It's 25 miles on from Devizes and, I wasn't surprised to realise when checking back in the guidebook, two dozen locks as well. Devizes is the place where the canal changes character dramatically: westwards it plunges headlong down in lock flights whereas eastwards it steps slowly and carefully down in single locks (or groups of two and three) spread out along its length.
I know which I prefer: a day or two of hard work and then some light relief. The lock-a-mile style of the run to Hungerford became decidedly irksome as we found lock after lock set against us and seemed to be barely round the bend before the next appeared - always just a little too far away for a comfortable walk.
It's not just the design of the canal which is different: the number of boats is far, far less. West of the Caen Hill locks three or four hire companies keep the canal busy with moving boats whereas here we saw barely three or four boats a day.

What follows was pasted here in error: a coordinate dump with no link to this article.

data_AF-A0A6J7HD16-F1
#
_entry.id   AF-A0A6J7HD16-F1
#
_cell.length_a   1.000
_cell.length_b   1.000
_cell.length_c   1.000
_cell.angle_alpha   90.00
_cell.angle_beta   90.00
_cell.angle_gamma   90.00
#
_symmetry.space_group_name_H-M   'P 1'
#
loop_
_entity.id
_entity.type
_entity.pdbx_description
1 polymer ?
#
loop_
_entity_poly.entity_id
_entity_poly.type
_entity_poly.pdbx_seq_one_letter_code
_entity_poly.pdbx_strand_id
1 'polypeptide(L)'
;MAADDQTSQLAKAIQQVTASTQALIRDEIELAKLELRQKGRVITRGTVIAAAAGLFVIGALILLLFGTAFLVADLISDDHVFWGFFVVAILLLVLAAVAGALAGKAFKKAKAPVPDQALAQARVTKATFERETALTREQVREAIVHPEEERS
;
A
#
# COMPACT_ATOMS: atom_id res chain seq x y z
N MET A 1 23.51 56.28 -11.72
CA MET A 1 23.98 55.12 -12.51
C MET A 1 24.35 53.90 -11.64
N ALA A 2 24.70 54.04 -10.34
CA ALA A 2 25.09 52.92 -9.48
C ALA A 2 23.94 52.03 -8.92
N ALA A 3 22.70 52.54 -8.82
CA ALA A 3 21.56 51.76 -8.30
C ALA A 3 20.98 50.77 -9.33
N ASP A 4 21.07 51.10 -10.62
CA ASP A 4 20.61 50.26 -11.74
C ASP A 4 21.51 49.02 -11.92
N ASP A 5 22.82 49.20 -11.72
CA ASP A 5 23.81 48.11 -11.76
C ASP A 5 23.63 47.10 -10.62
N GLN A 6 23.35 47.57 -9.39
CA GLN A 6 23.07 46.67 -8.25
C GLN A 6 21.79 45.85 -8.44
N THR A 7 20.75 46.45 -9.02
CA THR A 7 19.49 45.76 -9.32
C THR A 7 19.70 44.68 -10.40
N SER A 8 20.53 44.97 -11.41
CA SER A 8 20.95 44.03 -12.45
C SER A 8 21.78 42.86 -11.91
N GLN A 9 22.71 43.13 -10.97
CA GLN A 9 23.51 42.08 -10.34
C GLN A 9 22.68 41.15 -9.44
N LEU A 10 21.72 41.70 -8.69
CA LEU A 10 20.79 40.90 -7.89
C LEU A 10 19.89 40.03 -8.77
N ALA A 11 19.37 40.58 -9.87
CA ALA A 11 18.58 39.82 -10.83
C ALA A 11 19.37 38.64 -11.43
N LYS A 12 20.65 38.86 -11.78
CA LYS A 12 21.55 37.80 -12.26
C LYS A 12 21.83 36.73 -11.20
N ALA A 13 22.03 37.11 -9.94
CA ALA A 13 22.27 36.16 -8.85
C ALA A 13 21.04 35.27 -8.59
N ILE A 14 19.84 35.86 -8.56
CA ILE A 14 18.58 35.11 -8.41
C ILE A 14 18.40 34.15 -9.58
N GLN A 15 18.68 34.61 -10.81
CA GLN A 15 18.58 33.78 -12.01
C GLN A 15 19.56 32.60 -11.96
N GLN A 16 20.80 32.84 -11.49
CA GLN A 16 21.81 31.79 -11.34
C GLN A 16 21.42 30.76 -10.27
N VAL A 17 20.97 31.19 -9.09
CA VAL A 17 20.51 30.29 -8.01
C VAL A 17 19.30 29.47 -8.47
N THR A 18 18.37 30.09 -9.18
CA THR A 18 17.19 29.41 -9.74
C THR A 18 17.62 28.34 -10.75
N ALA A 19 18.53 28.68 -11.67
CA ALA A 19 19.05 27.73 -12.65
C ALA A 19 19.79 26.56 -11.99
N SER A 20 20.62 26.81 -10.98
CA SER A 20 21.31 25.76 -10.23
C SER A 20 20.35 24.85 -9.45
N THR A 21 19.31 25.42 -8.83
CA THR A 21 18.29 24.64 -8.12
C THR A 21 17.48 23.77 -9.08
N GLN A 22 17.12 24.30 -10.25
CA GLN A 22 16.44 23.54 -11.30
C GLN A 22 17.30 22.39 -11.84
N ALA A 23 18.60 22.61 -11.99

The numbers of seemingly static boats is far lower, too. Yes, there are still some clusters, inevitably near pubs, roads or good tv reception points, but nowhere near the lines of non-movers out west.
On our way east we've passed back through the rolling, open downlands of Wiltshire that lured us to some enjoyable long walks on our way down. Now we are back into leafy, wooded Berkshire where the canal will merge with the River Kennet.
|Now that's what I call a pie!|
Next stop is Newbury - just nine miles but 11 locks away - and then the Thames at Reading will seem almost at touching distance with 18 miles and 21 locks to go.
We now have a deadline - Teddington Lock by the 18th of the month. What Car? magazine was launched 40 years ago this month and a group of us old crusties who worked on it as eager young motoring hacks are being wheeled in to Haymarket Publishing to celebrate. I guess we are celebrating our own survival as much as the magazine's!
Anyway, Haymarket's offices are at the old Thames Studios in Teddington, just over the river from the lock so I will be the only one boating to the lunch.